Spice up black linens with a metallic accent.
From the album: A Gold and Black Ballroom Wedding at the Masonic Temple in Detroit, Michigan
Colorful plates with foliage-inspired art are perfect for a whimsical or outdoor wedding. We love how this setup was topped with an adorable gold animal figurine.
From the album: An Intimate, Garden-Party-Themed Wedding at Kentford Farms in Stonginton, Connecticut
Give your place settings a classic yet vintage vibe with silver charger plates. When paired with crystal glassware, you and your guests will feel like royalty.
From the album: A New York-Inspired Garden Party Wedding at the Austin Country Club in Austin, Texas
What’s better than one pretty plate? Two, of course! Stack complementary plates, like the china and gold-beaded plates here, for a personalized setting option.
From the album: A Romantic, Neutral-Colored Wedding at McCormick Home Ranch in Camarillo, California
Mix and match plates with contrasting designs, like pretty china with shiny, modern metal, for an elegant look.
From the album: An Intimate, Classic Wedding at Liriodendron Mansion in Baltimore, Maryland
If you’re having 50 guests at a buffet, you may or may not want to give people specific seating assignments. But if you’re having 100 guests or more and serving a seated meal, you’ll want to make sure everyone’s got a specific place to sit. Why? For one, people like to know where they’re sitting—and that you took the time to choose where they should sit—and with whom. It’s also helpful if you’re serving several different entrée choices, because the caterer and waitstaff can figure out beforehand how many chicken, filet and veggie dishes a given table gets, because they know who’s sitting there. Read on for tips on how to seat neatly.
We’ve been at kitchen tables the night before the wedding (or even wedding morning) with a couple just starting their seating chart. Don’t let this be you—you’ve got more important things to think about at that point! Sure, it’s fine to make last-minute changes, but try to get the chart mostly done at least a week before the day.
Create a new spreadsheet. If you haven’t already, insert a column into your guest list document categorizing all the invitees by relationship: your friend, your family, your partner’s friend, your partner’s family, your family friend, your partner’s family friend and so on. This way, you’ll be able to easily sort the list and break it down into more logical table assortments. Now you’ll need to separate these lists into distinct tables.
If you’re feeling more low-tech, draw circles (for tables) on a big sheet of paper and write names inside them (make sure you know how many people can comfortably be seated at each table). Or you could write every guest’s name on a sticky note and place it accordingly.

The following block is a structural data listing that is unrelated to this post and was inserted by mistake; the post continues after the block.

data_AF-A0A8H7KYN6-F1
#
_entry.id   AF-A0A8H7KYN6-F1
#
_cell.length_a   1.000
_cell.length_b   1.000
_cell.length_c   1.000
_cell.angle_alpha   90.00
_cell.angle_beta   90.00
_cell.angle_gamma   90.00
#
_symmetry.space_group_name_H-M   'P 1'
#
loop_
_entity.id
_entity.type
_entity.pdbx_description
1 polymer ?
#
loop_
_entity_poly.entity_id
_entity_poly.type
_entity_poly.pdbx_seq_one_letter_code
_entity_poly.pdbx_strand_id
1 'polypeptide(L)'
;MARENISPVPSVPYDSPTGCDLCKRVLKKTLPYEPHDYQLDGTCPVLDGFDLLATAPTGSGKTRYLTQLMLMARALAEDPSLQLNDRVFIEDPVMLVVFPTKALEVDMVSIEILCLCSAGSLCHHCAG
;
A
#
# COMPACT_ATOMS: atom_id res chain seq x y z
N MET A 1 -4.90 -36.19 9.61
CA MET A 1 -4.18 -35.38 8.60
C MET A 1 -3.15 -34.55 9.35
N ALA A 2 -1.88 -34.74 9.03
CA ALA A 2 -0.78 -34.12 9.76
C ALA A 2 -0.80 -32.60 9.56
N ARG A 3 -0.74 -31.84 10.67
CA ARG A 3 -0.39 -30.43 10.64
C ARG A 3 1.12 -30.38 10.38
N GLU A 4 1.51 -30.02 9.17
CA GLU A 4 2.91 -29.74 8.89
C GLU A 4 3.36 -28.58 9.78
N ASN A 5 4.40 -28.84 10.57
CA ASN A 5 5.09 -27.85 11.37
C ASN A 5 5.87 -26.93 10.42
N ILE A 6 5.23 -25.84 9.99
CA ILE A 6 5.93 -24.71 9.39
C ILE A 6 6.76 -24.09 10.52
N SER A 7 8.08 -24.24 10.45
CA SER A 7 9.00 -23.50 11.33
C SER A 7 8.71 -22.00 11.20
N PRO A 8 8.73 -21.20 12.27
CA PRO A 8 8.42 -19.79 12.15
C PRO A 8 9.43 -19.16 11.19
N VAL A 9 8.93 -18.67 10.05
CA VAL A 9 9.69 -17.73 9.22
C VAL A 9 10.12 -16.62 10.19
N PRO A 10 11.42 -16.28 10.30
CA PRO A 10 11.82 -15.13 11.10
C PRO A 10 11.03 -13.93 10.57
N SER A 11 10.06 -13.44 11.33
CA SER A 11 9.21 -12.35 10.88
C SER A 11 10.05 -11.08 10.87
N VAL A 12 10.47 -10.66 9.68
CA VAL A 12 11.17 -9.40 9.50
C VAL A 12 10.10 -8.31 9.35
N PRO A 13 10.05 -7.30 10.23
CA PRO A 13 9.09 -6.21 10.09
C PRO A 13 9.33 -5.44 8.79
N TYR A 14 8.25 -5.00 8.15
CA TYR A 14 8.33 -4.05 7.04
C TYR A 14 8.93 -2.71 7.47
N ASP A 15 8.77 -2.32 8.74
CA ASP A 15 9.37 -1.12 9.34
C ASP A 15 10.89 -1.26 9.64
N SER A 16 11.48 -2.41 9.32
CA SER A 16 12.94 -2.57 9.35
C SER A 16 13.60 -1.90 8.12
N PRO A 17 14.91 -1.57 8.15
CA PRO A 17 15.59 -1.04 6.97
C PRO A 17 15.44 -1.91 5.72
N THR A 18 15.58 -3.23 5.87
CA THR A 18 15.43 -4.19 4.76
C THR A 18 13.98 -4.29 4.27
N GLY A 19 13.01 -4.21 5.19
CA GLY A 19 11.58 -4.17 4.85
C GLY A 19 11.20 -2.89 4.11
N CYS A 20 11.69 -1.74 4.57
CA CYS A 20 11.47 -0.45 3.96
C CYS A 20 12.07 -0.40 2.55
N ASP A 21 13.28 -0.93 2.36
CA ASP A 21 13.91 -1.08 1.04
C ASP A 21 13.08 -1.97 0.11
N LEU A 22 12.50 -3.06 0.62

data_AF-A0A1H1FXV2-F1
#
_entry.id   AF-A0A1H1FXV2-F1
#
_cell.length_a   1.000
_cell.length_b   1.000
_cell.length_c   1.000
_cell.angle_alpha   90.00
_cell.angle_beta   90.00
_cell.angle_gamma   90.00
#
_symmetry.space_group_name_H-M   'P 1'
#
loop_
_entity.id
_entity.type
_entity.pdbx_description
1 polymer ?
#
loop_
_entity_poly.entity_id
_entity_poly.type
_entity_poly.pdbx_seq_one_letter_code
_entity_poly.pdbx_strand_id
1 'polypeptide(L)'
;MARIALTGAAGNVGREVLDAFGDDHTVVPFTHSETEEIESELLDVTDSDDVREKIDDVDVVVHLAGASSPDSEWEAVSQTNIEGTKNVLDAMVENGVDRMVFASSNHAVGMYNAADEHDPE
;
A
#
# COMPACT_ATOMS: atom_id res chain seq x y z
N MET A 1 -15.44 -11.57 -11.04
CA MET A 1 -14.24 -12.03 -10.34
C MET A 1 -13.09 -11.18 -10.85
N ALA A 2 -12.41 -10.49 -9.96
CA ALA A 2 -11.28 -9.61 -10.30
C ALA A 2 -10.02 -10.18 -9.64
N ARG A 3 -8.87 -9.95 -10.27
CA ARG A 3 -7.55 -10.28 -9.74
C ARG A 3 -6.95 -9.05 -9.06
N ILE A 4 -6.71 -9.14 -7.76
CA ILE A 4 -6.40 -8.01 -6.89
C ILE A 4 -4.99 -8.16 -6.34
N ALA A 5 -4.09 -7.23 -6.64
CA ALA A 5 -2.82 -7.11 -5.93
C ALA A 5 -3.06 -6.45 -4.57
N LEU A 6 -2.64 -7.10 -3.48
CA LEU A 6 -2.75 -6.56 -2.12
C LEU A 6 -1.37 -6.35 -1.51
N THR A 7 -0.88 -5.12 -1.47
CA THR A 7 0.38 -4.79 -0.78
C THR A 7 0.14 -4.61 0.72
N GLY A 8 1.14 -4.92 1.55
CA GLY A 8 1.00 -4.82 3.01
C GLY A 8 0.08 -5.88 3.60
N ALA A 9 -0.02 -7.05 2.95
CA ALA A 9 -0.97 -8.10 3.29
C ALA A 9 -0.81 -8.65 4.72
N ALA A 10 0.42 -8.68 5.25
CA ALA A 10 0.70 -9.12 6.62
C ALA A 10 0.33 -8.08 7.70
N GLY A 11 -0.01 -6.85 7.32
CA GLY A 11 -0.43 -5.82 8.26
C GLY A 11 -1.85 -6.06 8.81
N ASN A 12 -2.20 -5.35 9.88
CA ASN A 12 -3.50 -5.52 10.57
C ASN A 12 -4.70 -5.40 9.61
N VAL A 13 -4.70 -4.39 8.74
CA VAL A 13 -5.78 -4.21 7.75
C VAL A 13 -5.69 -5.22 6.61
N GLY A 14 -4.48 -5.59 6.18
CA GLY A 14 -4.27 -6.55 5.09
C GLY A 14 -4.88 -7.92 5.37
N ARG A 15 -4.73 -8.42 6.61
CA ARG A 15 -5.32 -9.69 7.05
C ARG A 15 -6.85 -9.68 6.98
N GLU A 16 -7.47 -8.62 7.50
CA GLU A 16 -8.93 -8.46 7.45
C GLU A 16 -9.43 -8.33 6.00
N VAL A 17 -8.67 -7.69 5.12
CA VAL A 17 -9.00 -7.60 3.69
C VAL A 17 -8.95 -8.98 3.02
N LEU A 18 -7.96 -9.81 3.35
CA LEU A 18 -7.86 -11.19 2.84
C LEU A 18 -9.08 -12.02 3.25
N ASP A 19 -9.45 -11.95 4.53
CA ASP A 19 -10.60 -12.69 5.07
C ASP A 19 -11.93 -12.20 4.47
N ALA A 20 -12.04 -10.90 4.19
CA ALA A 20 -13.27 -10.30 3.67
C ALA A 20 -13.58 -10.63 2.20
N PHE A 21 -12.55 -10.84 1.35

A traditional head table is not round but long and straight, and it’s generally set up along a wall, on risers, facing all the other reception tables. It may even have two tiers if your wedding party is large. Usually the bride and groom sit smack-dab in the middle (where everyone can see them), with the maid of honor next to the groom, the best man next to the bride, and then boy/girl out from there. Flower girls or ring bearers usually sit at the tables where their parents are sitting, much to the relief of the bridesmaids and groomsmen. Decide to sit this way, or plan a sweetheart table for a little one-on-one time.
But you don’t have to do it that way. All the bridesmaids can sit on the bride’s side, and all the groomsmen on the groom’s. Or maybe you’re not into being on display, or you don’t want your wedding party to feel isolated from other guests. Let your wedding party sit at a round reception table or two with each other and/or with their dates/significant others, and have the head table be a sweetheart table for the two of you. (How romantic!) Another option: You two sit with your parents and let that be the head table, with the wedding party at their own tables.
Traditionally, your parents and your fiancé’s parents sit at the same table, along with grandparents, siblings not in the wedding party, and the officiant and his/her spouse if they attend the reception. But if your or your partner’s parents are divorced and are uncomfortable about sitting next to each other, you might want to let each set of parents host their own table of close family and/or friends . This could mean up to four parents’ tables, depending on your situation—or have the divorced parent who raised you (or your partner) and his/her spouse/date sit at the table with still-married parents. (Phew, confusing!)
Remember, the parent-seating question is a flexible one. Set it up in whatever way best suits everybody. If you’re unsure, don’t hesitate to talk to the parents in question about it before you make your final decision.
There may also be situations in which certain family members just do not get along. Maybe they haven’t spoken in years. Maybe the last time they saw each other there was a drunken cat fight. Understandably, you want to keep them as far apart as possible. Think about these kinds of relationships (or lack thereof) before you even start making your chart, so you can take them into consideration in the first place and begin by seating Aunt Hattie at table three and Aunt Lucy across the room at table 15. Trust us—they’ll appreciate it.